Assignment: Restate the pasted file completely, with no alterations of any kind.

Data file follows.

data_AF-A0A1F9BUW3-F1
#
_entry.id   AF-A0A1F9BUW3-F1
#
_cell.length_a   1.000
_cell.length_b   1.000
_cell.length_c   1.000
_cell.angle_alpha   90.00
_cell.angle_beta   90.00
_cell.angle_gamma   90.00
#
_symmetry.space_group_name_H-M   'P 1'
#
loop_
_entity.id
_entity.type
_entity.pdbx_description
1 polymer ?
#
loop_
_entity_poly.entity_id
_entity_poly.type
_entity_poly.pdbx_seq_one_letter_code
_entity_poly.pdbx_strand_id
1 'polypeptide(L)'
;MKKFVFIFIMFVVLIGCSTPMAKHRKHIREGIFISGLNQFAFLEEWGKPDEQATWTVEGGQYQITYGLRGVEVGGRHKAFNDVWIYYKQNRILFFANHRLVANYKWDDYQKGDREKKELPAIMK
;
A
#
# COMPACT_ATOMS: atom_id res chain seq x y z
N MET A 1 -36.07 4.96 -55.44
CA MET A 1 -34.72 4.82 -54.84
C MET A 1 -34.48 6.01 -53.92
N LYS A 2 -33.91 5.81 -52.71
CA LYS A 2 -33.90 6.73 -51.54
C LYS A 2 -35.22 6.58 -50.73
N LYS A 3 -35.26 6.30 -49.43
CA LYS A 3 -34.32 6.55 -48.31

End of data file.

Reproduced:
data_AF-A0A1F9BUW3-F1
#
_entry.id   AF-A0A1F9BUW3-F1
#
_cell.length_a   1.000
_cell.length_b   1.000
_cell.length_c   1.000
_cell.angle_alpha   90.00
_cell.angle_beta   90.00
_cell.angle_gamma   90.00
#
_symmetry.space_group_name_H-M   'P 1'
#
loop_
_entity.id
_entity.type
_entity.pdbx_description
1 polymer ?
#
loop_
_entity_poly.entity_id
_entity_poly.type
_entity_poly.pdbx_seq_one_letter_code
_entity_poly.pdbx_strand_id
1 'polypeptide(L)'
;MKKFVFIFIMFVVLIGCSTPMAKHRKHIREGIFISGLNQFAFLEEWGKPDEQATWTVEGGQYQITYGLRGVEVGGRHKAFNDVWIYYKQNRILFFANHRLVANYKWDDYQKGDREKKELPAIMK
;
A
#
# COMPACT_ATOMS: atom_id res chain seq x y z
N MET A 1 -36.07 4.96 -55.44
CA MET A 1 -34.72 4.82 -54.84
C MET A 1 -34.48 6.01 -53.92
N LYS A 2 -33.91 5.81 -52.71
CA LYS A 2 -33.90 6.73 -51.54
C LYS A 2 -35.22 6.58 -50.73
N LYS A 3 -35.26 6.30 -49.43
CA LYS A 3 -34.32 6.55 -48.31